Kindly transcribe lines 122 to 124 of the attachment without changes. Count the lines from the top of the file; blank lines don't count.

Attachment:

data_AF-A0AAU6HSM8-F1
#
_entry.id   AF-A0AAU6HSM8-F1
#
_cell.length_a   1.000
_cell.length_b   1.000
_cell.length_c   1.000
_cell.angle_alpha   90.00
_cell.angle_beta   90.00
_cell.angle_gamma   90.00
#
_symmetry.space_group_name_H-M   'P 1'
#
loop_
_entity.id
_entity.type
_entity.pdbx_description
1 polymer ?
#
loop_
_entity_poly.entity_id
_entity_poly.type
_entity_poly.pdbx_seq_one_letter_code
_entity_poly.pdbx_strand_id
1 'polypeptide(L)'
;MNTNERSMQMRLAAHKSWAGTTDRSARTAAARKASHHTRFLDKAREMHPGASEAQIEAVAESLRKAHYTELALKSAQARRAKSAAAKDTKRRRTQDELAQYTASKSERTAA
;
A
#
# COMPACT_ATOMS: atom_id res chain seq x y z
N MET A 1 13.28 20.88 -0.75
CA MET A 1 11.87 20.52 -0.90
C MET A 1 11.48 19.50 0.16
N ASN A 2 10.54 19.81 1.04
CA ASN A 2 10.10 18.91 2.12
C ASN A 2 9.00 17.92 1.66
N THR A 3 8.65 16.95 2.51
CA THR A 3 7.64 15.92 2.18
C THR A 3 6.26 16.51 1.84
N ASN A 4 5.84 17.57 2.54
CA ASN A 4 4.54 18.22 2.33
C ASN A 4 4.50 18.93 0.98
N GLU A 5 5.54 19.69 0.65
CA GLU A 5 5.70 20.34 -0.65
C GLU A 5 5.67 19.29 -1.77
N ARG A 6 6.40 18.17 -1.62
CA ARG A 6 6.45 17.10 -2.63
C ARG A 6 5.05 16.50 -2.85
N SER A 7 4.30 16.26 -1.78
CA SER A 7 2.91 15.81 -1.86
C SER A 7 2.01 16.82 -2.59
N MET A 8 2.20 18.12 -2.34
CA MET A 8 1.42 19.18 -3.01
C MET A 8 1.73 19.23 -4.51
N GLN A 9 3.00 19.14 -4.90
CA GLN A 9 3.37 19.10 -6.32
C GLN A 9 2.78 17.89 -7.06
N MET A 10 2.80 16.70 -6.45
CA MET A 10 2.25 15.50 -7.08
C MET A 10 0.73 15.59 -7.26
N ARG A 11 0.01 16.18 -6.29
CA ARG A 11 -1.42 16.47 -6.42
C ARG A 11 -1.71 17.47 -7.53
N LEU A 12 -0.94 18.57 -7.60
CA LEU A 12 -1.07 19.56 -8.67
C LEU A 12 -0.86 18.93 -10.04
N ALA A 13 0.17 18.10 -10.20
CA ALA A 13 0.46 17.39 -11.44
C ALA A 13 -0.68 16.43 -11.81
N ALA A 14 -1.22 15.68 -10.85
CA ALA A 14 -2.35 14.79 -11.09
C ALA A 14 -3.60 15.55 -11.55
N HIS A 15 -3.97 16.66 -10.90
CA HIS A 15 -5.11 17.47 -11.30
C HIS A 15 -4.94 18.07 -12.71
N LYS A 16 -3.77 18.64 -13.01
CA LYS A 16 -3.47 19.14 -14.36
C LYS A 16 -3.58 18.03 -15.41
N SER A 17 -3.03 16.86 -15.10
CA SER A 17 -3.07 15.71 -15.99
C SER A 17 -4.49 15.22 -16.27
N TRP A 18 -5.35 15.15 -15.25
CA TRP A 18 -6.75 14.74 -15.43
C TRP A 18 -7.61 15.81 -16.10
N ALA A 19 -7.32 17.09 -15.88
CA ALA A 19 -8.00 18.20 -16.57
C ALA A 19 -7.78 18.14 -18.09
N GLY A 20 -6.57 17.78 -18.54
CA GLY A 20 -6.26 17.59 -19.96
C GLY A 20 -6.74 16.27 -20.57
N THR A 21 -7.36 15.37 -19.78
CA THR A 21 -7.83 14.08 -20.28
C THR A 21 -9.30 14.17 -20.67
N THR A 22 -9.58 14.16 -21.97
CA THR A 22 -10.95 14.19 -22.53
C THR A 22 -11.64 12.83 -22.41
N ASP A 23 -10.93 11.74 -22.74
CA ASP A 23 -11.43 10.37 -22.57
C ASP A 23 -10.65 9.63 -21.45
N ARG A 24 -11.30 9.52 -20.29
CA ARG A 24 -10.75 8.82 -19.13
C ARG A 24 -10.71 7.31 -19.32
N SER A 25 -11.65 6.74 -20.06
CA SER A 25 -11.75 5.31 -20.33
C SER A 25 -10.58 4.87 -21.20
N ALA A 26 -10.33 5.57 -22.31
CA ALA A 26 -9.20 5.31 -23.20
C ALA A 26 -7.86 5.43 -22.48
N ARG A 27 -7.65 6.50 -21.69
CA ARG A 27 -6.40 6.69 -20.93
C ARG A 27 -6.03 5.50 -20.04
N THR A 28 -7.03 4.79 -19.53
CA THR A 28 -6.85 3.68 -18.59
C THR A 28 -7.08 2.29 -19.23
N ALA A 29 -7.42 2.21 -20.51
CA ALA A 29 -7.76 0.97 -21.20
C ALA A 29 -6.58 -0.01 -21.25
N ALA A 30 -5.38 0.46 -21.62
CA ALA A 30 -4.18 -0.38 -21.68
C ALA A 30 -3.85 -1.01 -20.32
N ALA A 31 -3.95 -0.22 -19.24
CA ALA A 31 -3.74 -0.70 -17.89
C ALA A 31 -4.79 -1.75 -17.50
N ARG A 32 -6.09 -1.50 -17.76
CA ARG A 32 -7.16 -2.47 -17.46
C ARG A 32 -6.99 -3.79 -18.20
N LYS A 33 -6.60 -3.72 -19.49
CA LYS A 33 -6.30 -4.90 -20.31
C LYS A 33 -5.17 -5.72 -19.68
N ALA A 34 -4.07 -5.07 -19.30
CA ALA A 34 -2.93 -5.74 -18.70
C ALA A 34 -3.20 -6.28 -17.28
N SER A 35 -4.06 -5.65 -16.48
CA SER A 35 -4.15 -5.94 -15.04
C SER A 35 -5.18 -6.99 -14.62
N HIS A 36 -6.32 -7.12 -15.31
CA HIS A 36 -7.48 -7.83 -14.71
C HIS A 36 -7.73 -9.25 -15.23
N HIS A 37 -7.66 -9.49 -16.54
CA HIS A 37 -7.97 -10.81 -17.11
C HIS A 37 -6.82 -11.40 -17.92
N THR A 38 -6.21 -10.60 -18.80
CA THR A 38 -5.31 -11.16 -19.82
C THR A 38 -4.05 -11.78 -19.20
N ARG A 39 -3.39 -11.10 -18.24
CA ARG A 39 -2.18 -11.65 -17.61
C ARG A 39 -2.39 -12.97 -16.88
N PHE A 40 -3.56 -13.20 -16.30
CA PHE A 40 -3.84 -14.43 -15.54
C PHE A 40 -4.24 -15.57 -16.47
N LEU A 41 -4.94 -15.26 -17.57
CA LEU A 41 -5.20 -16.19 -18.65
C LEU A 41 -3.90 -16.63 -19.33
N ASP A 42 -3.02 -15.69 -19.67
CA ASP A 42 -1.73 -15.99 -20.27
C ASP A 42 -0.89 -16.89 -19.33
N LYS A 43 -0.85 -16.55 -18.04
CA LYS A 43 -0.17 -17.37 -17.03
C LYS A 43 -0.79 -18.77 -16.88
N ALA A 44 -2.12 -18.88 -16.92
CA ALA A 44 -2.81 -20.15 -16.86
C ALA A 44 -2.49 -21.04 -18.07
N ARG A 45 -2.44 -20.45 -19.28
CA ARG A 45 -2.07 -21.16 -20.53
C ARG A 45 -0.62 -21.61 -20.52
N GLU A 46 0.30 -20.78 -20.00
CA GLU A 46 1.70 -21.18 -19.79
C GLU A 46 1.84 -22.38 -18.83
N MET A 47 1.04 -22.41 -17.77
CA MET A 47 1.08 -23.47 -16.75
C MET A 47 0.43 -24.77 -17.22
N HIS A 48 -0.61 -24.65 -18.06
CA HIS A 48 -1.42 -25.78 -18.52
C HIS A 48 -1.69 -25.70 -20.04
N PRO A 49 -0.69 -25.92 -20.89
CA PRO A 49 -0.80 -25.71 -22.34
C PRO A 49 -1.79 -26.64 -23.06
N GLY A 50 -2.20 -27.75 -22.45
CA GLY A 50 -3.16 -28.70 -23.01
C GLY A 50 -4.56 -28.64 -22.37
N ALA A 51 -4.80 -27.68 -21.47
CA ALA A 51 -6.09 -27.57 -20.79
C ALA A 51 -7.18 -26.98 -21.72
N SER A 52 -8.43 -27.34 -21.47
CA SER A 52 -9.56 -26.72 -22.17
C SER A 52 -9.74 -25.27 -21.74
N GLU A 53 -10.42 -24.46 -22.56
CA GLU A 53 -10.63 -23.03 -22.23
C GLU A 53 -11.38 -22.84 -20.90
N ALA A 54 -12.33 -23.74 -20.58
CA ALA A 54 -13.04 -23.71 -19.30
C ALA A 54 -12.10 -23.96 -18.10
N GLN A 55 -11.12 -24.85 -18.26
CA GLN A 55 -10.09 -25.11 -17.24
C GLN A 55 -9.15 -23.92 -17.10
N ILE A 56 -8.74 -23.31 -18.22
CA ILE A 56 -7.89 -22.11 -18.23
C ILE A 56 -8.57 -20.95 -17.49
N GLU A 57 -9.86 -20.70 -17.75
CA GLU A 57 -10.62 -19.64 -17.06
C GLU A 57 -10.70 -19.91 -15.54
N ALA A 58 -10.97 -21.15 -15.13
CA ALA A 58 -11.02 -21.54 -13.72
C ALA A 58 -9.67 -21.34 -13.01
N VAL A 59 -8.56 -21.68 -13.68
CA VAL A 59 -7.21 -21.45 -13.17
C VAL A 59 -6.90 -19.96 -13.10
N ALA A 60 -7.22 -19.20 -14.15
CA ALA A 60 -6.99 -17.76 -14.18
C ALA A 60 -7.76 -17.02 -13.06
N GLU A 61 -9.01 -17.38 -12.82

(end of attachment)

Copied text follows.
CA ALA A 31 -3.74 -0.70 -17.89
C ALA A 31 -4.79 -1.75 -17.50
N ARG A 32 -6.09 -1.50 -17.76